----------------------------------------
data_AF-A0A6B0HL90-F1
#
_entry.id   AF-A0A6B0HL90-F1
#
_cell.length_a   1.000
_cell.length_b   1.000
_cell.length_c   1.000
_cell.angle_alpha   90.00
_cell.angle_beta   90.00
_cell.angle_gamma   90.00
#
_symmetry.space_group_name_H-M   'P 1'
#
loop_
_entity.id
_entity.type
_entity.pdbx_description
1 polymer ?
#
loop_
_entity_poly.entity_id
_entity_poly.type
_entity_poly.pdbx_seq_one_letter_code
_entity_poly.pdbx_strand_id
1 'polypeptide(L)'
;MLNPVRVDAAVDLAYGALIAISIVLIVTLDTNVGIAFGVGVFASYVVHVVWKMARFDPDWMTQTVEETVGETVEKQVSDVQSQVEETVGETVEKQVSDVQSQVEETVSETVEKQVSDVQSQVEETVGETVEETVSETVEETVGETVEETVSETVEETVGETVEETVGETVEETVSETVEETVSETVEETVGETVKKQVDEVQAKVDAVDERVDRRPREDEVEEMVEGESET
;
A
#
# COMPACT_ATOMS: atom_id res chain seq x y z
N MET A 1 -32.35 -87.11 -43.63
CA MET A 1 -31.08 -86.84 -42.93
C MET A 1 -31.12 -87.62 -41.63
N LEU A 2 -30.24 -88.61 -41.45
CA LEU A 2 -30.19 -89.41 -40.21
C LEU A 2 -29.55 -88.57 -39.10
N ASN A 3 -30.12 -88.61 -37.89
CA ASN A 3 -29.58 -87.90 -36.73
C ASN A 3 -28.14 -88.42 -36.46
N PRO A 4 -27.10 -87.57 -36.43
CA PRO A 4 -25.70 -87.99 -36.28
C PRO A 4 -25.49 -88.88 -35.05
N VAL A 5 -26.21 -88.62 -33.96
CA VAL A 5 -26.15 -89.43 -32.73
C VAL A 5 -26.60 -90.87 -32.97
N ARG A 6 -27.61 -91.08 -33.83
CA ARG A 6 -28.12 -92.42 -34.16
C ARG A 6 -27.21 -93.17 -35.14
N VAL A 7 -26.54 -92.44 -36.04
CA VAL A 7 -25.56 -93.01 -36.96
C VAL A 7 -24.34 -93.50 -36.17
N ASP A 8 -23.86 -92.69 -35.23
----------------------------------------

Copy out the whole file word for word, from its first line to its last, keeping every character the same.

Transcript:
data_AF-A0A6B0HL90-F1
#
_entry.id   AF-A0A6B0HL90-F1
#
_cell.length_a   1.000
_cell.length_b   1.000
_cell.length_c   1.000
_cell.angle_alpha   90.00
_cell.angle_beta   90.00
_cell.angle_gamma   90.00
#
_symmetry.space_group_name_H-M   'P 1'
#
loop_
_entity.id
_entity.type
_entity.pdbx_description
1 polymer ?
#
loop_
_entity_poly.entity_id
_entity_poly.type
_entity_poly.pdbx_seq_one_letter_code
_entity_poly.pdbx_strand_id
1 'polypeptide(L)'
;MLNPVRVDAAVDLAYGALIAISIVLIVTLDTNVGIAFGVGVFASYVVHVVWKMARFDPDWMTQTVEETVGETVEKQVSDVQSQVEETVGETVEKQVSDVQSQVEETVSETVEKQVSDVQSQVEETVGETVEETVSETVEETVGETVEETVSETVEETVGETVEETVGETVEETVSETVEETVSETVEETVGETVKKQVDEVQAKVDAVDERVDRRPREDEVEEMVEGESET
;
A
#
# COMPACT_ATOMS: atom_id res chain seq x y z
N MET A 1 -32.35 -87.11 -43.63
CA MET A 1 -31.08 -86.84 -42.93
C MET A 1 -31.12 -87.62 -41.63
N LEU A 2 -30.24 -88.61 -41.45
CA LEU A 2 -30.19 -89.41 -40.21
C LEU A 2 -29.55 -88.57 -39.10
N ASN A 3 -30.12 -88.61 -37.89
CA ASN A 3 -29.58 -87.90 -36.73
C ASN A 3 -28.14 -88.42 -36.46
N PRO A 4 -27.10 -87.57 -36.43
CA PRO A 4 -25.70 -87.99 -36.28
C PRO A 4 -25.49 -88.88 -35.05
N VAL A 5 -26.21 -88.62 -33.96
CA VAL A 5 -26.15 -89.43 -32.73
C VAL A 5 -26.60 -90.87 -32.97
N ARG A 6 -27.61 -91.08 -33.83
CA ARG A 6 -28.12 -92.42 -34.16
C ARG A 6 -27.21 -93.17 -35.14
N VAL A 7 -26.54 -92.44 -36.04
CA VAL A 7 -25.56 -93.01 -36.96
C VAL A 7 -24.34 -93.50 -36.17
N ASP A 8 -23.86 -92.69 -35.23